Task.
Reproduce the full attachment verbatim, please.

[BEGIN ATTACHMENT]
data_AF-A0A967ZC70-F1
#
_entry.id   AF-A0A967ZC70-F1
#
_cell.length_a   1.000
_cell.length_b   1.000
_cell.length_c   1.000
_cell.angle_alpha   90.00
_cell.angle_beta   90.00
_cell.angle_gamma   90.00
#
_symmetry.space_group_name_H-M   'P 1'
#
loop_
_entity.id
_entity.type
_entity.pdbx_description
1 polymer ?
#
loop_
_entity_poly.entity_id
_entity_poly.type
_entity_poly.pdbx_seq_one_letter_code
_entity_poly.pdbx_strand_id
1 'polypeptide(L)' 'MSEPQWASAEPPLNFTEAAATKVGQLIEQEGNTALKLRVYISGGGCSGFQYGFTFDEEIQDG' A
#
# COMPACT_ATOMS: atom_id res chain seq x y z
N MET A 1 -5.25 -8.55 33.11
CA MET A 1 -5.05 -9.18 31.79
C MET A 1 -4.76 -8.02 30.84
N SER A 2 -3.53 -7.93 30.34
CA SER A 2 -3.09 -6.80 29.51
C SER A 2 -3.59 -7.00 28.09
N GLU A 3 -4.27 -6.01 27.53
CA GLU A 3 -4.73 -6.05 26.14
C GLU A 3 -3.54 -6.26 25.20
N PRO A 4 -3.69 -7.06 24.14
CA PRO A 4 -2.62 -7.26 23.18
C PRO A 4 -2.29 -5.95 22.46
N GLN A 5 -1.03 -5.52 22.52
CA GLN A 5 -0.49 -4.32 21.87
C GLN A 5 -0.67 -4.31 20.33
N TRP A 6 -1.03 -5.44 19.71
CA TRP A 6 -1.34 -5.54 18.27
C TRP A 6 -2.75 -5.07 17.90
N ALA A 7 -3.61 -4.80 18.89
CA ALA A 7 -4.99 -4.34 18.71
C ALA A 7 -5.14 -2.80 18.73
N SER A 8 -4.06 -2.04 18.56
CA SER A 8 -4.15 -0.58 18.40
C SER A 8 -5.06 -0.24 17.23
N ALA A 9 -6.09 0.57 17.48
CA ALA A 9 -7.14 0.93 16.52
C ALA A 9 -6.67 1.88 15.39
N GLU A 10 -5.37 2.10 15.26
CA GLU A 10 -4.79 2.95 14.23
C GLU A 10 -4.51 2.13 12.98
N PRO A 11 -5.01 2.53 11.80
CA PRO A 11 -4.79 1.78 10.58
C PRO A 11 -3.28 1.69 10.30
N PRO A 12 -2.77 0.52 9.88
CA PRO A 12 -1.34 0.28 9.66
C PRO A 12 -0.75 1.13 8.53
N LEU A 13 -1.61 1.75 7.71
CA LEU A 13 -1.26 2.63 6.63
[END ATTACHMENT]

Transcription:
data_AF-A0A967ZC70-F1
#
_entry.id   AF-A0A967ZC70-F1
#
_cell.length_a   1.000
_cell.length_b   1.000
_cell.length_c   1.000
_cell.angle_alpha   90.00
_cell.angle_beta   90.00
_cell.angle_gamma   90.00
#
_symmetry.space_group_name_H-M   'P 1'
#
loop_
_entity.id
_entity.type
_entity.pdbx_description
1 polymer ?
#
loop_
_entity_poly.entity_id
_entity_poly.type
_entity_poly.pdbx_seq_one_letter_code
_entity_poly.pdbx_strand_id
1 'polypeptide(L)' 'MSEPQWASAEPPLNFTEAAATKVGQLIEQEGNTALKLRVYISGGGCSGFQYGFTFDEEIQDG' A
#
# COMPACT_ATOMS: atom_id res chain seq x y z
N MET A 1 -5.25 -8.55 33.11
CA MET A 1 -5.05 -9.18 31.79
C MET A 1 -4.76 -8.02 30.84
N SER A 2 -3.53 -7.93 30.34
CA SER A 2 -3.09 -6.80 29.51
C SER A 2 -3.59 -7.00 28.09
N GLU A 3 -4.27 -6.01 27.53
CA GLU A 3 -4.73 -6.05 26.14
C GLU A 3 -3.54 -6.26 25.20
N PRO A 4 -3.69 -7.06 24.14
CA PRO A 4 -2.62 -7.26 23.18
C PRO A 4 -2.29 -5.95 22.46
N GLN A 5 -1.03 -5.52 22.52
CA GLN A 5 -0.49 -4.32 21.87
C GLN A 5 -0.67 -4.31 20.33
N TRP A 6 -1.03 -5.44 19.71
CA TRP A 6 -1.34 -5.54 18.27
C TRP A 6 -2.75 -5.07 17.90
N ALA A 7 -3.61 -4.80 18.89
CA ALA A 7 -4.99 -4.34 18.71
C ALA A 7 -5.14 -2.80 18.73
N SER A 8 -4.06 -2.04 18.56
CA SER A 8 -4.15 -0.58 18.40
C SER A 8 -5.06 -0.24 17.23
N ALA A 9 -6.09 0.57 17.48
CA ALA A 9 -7.14 0.93 16.52
C ALA A 9 -6.67 1.88 15.39
N GLU A 10 -5.37 2.10 15.26
CA GLU A 10 -4.79 2.95 14.23
C GLU A 10 -4.51 2.13 12.98
N PRO A 11 -5.01 2.53 11.80
CA PRO A 11 -4.79 1.78 10.58
C PRO A 11 -3.28 1.69 10.30
N PRO A 12 -2.77 0.52 9.88
CA PRO A 12 -1.34 0.28 9.66
C PRO A 12 -0.75 1.13 8.53
N LEU A 13 -1.61 1.75 7.71
CA LEU A 13 -1.26 2.63 6.63